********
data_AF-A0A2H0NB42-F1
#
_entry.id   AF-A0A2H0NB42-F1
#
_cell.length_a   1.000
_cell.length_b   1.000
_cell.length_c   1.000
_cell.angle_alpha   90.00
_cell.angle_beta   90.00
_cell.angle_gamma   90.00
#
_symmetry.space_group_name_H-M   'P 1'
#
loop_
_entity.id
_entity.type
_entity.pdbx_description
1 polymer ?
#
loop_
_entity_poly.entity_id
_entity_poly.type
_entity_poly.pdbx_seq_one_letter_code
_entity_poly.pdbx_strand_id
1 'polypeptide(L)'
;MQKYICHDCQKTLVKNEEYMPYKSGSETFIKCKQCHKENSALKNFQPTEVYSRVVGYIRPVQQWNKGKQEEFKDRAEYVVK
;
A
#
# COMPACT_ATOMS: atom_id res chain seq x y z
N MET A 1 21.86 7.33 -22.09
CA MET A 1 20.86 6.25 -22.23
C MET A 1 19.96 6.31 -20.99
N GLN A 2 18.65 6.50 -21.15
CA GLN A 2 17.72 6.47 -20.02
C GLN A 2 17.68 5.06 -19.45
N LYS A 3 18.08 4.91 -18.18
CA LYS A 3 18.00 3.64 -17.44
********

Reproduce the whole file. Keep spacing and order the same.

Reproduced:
data_AF-A0A2H0NB42-F1
#
_entry.id   AF-A0A2H0NB42-F1
#
_cell.length_a   1.000
_cell.length_b   1.000
_cell.length_c   1.000
_cell.angle_alpha   90.00
_cell.angle_beta   90.00
_cell.angle_gamma   90.00
#
_symmetry.space_group_name_H-M   'P 1'
#
loop_
_entity.id
_entity.type
_entity.pdbx_description
1 polymer ?
#
loop_
_entity_poly.entity_id
_entity_poly.type
_entity_poly.pdbx_seq_one_letter_code
_entity_poly.pdbx_strand_id
1 'polypeptide(L)'
;MQKYICHDCQKTLVKNEEYMPYKSGSETFIKCKQCHKENSALKNFQPTEVYSRVVGYIRPVQQWNKGKQEEFKDRAEYVVK
;
A
#
# COMPACT_ATOMS: atom_id res chain seq x y z
N MET A 1 21.86 7.33 -22.09
CA MET A 1 20.86 6.25 -22.23
C MET A 1 19.96 6.31 -20.99
N GLN A 2 18.65 6.50 -21.15
CA GLN A 2 17.72 6.47 -20.02
C GLN A 2 17.68 5.06 -19.45
N LYS A 3 18.08 4.91 -18.18
CA LYS A 3 18.00 3.64 -17.44